From afternoon to early evening, patrons poured in and immediately enjoyed beverages from the whiskey tasting tent, Pull A Pint Guinness bar, and the beer bar, which featured an array of Irish imports. Younger revelers sampled fresh lemonade, and all filled their plates from local Irish restaurants, McCarthy’s Irish Pub and The Bistro. The fair went beyond the banal corned beef and cabbage to include flaky chicken pot pie, fish and chips, corned beef sliders, pretzel bites with Guinness cheese, Kerry lamb pie, and traditional decadent desserts.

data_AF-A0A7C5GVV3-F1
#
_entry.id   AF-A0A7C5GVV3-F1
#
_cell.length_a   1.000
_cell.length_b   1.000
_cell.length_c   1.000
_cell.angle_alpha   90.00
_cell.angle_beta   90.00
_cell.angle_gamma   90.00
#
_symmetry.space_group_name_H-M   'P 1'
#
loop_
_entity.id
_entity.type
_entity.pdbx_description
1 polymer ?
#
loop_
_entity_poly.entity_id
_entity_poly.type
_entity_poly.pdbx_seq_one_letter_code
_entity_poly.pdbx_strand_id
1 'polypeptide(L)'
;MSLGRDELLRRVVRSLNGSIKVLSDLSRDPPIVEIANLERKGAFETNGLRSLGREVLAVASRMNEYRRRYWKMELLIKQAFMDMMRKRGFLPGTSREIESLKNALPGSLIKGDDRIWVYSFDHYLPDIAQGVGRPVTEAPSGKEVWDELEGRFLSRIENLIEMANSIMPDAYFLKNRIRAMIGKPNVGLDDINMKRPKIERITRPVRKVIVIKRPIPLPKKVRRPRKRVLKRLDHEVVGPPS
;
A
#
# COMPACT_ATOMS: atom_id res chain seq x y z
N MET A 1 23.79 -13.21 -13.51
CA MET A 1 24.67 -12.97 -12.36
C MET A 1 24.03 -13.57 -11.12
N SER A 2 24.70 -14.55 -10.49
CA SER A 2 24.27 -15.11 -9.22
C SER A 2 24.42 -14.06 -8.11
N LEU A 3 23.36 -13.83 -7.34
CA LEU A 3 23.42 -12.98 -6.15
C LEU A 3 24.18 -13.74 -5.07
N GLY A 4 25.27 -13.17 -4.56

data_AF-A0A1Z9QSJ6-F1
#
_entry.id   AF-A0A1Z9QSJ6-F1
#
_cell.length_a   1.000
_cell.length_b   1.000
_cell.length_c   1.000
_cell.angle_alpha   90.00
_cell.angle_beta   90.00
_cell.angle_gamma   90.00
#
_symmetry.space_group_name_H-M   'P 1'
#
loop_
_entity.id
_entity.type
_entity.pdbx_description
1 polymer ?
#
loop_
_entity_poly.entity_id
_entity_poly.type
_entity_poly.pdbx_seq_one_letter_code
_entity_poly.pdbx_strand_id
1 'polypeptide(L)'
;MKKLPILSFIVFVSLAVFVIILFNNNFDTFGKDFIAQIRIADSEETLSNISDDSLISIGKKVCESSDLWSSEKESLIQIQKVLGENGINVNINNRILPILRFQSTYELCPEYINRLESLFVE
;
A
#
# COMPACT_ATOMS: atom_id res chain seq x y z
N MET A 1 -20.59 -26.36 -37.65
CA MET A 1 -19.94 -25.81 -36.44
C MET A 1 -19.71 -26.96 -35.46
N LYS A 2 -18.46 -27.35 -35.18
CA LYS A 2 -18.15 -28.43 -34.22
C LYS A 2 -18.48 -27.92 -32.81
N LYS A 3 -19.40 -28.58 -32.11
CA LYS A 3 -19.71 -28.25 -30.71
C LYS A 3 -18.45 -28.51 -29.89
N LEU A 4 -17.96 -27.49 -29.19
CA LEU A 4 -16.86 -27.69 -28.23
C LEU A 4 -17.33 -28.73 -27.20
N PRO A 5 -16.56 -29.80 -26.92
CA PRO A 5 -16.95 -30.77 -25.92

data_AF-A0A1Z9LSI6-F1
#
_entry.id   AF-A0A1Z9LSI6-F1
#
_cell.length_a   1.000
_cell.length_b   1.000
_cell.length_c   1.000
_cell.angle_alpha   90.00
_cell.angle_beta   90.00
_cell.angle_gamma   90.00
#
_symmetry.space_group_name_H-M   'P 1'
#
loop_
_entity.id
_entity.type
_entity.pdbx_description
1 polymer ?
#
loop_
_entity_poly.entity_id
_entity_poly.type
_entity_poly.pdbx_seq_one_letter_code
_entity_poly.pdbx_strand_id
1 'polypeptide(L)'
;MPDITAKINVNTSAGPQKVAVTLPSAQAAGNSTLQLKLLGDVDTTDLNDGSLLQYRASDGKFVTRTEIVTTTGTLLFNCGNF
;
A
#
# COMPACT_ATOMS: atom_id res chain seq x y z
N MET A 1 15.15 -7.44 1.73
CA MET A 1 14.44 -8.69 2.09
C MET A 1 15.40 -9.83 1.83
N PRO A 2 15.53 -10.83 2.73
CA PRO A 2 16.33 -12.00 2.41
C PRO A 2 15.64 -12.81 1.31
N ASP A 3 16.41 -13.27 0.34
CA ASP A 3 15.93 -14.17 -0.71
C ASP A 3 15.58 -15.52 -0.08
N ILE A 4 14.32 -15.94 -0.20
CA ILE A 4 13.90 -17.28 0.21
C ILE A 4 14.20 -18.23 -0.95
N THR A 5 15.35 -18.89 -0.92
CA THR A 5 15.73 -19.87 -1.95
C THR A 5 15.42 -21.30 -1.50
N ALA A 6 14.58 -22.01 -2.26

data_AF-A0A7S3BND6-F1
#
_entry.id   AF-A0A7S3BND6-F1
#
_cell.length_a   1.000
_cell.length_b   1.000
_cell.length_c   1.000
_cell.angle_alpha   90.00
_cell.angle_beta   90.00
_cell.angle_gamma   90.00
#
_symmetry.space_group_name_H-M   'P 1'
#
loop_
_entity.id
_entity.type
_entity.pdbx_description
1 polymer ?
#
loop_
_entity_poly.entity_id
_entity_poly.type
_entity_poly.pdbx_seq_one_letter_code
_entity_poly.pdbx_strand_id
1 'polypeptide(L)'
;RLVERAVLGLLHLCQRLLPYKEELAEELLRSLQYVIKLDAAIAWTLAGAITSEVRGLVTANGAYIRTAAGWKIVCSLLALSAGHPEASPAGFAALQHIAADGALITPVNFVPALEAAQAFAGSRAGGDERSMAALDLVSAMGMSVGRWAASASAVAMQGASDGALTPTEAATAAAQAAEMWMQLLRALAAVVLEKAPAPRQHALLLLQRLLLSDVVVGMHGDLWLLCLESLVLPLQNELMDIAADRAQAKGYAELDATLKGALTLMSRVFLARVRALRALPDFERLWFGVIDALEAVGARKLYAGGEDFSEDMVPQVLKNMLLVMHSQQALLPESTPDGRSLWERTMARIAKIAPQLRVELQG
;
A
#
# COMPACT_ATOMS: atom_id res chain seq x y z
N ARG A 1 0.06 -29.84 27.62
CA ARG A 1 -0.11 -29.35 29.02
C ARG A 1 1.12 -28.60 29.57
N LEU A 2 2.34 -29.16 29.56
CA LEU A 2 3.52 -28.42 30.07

Adorable kids soon lined the stage for the first of the costume contests. They were followed by the multi-award winning Tir Na Greine Irish Dancers, whose choreography and indefatigable footwork will soon wow the judges at the state finals. Known for turning melancholy into something beautiful, so much of Irish music and culture is seeped in tales of loss and longing, but all serve as a remembrance of the one loved. McGovern continued to imbue the event with true Irish authenticity by taking the stage with a moving memorial to local Irish legends who had recently passed. One by one, a relative of the departed took the stage with enlarged photos held aloft featuring the deceased’s portrait. Sands took the stage to sing “The Parting Glass,” and her soulful voice brought a mournful hush to the entire arena.